Resurgence of pro-Khalistan sentiment abroad: Should India be worried?
The ban on Indian diplomats entering gurdwaras abroad, that started with India's Consul General in Toronto, Dinesh Bhatia's visit to Dixie gurdwara in January 2017, has now spread across countries.
Is this the second coming of Khalistan? What does it mean for India?
Indian diplomats not allowed in Canadian gurdwaras anymore
Here's what happened
Angered by Bhatia visiting Dixie gurdwara, once a bastion of extremist elements, Sikhs for Justice wrote a complaint to Canada's Foreign Affairs Minister in February 2017.
On December 30, the Ontario Gurdwara Committee banned Indian officials visiting 15 temples in the province.
Following suit, gurdwaras in British Columbia, Alberta, Quebec, Melbourne, the UK and the US also announced similar bans in January 2018.
Not all NRI Sikhs support the move
However, not all members of the Sikh community abroad have endorsed the move.
Some members of the Dixie Gurdwara, the Sikh Spiritual Center in Toronto, gurdwaras in Brampton, and Sikh Society Hamilton Wentworth's Gursikh Temple have opposed the ban, saying they "were not aware of this decision, the issue was never discussed in the committee meeting and no resolution was passed."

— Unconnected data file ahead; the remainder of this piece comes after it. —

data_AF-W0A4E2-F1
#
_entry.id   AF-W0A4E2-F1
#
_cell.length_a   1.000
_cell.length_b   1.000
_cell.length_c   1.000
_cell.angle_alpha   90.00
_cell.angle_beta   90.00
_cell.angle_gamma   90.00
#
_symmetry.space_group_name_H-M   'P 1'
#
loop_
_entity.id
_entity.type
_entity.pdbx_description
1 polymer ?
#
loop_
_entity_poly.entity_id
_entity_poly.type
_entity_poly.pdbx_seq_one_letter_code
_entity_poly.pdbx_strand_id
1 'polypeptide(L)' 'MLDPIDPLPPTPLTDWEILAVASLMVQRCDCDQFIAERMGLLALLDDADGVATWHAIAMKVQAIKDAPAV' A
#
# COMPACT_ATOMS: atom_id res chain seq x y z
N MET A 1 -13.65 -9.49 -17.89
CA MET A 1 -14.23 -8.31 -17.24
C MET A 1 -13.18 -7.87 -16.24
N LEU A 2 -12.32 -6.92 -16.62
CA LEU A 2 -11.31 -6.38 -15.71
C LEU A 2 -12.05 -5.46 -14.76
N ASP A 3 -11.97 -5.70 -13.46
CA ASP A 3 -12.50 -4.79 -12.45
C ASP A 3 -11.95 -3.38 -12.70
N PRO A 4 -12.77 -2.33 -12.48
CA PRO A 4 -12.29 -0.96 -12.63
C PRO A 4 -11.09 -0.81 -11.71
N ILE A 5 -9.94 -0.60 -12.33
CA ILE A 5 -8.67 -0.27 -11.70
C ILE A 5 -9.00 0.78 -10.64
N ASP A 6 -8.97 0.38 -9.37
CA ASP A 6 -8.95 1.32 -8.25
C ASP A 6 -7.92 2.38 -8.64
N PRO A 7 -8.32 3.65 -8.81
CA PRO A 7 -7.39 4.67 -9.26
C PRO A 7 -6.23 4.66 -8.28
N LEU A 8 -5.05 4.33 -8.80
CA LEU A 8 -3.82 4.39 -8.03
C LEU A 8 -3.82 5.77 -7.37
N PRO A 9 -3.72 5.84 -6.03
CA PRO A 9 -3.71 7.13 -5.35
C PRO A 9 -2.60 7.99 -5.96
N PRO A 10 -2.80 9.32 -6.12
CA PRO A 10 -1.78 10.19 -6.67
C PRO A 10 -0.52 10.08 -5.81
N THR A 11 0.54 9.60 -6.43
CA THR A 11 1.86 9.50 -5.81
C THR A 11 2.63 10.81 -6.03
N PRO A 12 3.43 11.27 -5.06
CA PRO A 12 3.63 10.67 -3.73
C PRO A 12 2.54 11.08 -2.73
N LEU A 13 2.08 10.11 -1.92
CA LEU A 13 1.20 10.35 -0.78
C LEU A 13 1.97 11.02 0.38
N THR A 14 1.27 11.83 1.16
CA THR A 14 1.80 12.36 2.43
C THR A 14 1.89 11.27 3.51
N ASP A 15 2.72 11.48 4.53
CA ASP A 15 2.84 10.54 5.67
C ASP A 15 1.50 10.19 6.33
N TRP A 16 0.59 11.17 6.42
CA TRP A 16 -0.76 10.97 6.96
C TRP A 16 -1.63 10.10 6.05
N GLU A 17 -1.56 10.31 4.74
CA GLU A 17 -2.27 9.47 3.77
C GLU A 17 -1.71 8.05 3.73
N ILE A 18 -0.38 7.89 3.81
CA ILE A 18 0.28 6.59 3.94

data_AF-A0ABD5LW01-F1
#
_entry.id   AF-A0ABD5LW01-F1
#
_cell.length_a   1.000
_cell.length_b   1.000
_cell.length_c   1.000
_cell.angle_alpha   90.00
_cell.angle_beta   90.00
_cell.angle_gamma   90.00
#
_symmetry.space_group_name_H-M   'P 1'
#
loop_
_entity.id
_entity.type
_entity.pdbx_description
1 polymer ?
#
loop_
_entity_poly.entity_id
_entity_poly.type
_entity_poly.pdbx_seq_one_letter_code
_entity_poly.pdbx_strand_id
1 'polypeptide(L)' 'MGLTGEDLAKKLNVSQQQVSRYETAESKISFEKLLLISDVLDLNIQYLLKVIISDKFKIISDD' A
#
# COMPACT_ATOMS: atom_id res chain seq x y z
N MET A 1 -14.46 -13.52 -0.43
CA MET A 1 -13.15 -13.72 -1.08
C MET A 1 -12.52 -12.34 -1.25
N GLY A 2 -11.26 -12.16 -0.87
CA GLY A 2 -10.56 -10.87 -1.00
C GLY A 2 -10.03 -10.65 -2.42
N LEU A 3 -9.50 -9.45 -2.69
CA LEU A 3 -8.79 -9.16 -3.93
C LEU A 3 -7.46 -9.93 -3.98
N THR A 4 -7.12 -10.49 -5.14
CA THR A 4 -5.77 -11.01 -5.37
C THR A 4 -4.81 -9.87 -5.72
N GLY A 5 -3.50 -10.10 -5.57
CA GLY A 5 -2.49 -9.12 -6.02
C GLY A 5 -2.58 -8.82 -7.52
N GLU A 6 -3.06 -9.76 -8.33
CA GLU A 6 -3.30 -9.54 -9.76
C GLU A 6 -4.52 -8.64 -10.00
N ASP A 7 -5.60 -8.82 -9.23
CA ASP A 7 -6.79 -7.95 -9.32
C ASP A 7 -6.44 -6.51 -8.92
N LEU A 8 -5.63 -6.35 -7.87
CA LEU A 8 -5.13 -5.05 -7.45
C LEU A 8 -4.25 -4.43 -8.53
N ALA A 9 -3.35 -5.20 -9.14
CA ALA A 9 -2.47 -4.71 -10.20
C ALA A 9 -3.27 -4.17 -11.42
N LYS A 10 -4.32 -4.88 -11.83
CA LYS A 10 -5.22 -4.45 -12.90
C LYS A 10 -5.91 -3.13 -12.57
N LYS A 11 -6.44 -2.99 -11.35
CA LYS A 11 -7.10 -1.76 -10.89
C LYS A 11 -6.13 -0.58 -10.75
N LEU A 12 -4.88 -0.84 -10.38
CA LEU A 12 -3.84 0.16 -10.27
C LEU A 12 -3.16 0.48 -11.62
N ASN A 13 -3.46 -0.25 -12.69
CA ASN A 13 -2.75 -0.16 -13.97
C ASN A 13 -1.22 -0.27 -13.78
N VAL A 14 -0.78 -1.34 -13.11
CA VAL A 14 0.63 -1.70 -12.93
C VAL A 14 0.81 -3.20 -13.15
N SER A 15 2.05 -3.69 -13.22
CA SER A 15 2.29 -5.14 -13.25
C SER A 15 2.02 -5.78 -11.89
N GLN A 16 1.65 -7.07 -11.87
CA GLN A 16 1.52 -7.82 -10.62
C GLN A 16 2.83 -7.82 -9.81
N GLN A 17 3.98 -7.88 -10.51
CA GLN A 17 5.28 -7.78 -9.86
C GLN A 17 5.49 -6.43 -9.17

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No intervention by the Canadian government
Meanwhile, Canada's government has declined to intervene, saying it can't stop the propagation of Khalistan in its country as its citizens are entitled to freedom of expression.
However, Indian diplomats think differently. They say the radicals are finding a permissive climate in Canada.
They suggest that even soft measures, such as greater scrutiny of their funding sources, could help neutralize the growing anti-India sentiment.
Modi's diplomatic initiatives have done little to please hardliners
This resurgent wave is a major setback on Modi's efforts to woo hardliners. In 2015, he became the first Indian PM to visit Canada in 42 years. During his trip, he also visited Vancouver's Ross Street Gurdwara.
Due to his outreach efforts, the visa blacklist was modified, refugees were sanctioned travel documents, talks with Khalistanis began, and Indian officials were again allowed inside gurdwaras.
Developments expected during Canadian PM Justin Trudeau's upcoming India visit
On January 10, the Ministry of External Affairs said it took "no cognizance of fringe elements which spread hate and communal disharmony." The issue is most likely to weigh upon Canadian PM Justin Trudeau's upcoming week-long visit to India.
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